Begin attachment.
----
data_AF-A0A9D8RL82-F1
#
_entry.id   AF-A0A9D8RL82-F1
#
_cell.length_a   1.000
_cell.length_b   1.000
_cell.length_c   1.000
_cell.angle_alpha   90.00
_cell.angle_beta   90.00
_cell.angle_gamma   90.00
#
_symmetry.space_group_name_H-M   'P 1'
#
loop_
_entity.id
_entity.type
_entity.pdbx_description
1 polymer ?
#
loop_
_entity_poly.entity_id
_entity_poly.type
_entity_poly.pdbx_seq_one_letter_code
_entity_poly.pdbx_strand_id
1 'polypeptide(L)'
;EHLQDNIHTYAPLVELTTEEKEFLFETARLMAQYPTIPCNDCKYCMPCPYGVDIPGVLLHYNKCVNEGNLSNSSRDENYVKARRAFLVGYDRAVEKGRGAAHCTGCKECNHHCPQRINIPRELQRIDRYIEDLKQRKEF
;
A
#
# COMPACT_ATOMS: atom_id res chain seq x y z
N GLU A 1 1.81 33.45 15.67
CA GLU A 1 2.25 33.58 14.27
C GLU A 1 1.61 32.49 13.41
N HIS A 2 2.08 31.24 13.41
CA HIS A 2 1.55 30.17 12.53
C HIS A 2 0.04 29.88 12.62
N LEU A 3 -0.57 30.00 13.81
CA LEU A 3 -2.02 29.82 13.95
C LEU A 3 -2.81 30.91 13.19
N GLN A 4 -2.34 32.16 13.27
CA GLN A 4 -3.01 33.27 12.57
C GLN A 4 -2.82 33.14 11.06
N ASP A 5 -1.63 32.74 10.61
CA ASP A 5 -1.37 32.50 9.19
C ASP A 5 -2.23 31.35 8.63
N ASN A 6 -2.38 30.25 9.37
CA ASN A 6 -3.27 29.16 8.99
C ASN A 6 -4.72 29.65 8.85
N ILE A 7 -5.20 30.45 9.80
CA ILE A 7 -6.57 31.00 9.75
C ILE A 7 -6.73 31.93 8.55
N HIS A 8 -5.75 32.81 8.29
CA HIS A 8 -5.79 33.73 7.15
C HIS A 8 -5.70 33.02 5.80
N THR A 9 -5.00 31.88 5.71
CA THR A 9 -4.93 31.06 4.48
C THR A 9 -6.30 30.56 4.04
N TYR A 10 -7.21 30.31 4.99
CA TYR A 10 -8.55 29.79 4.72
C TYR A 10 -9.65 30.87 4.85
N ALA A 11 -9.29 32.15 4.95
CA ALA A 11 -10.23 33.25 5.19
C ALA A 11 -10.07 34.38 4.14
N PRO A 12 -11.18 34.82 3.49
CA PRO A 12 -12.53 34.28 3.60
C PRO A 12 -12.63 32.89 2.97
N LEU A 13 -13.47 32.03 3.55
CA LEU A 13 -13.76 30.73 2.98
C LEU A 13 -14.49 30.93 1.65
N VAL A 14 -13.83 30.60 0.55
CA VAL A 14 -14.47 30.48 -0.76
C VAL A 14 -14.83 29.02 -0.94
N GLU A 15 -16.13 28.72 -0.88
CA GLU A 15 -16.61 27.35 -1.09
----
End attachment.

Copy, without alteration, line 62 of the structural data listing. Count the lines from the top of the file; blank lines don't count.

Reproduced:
CA ALA A 11 -10.23 33.25 5.19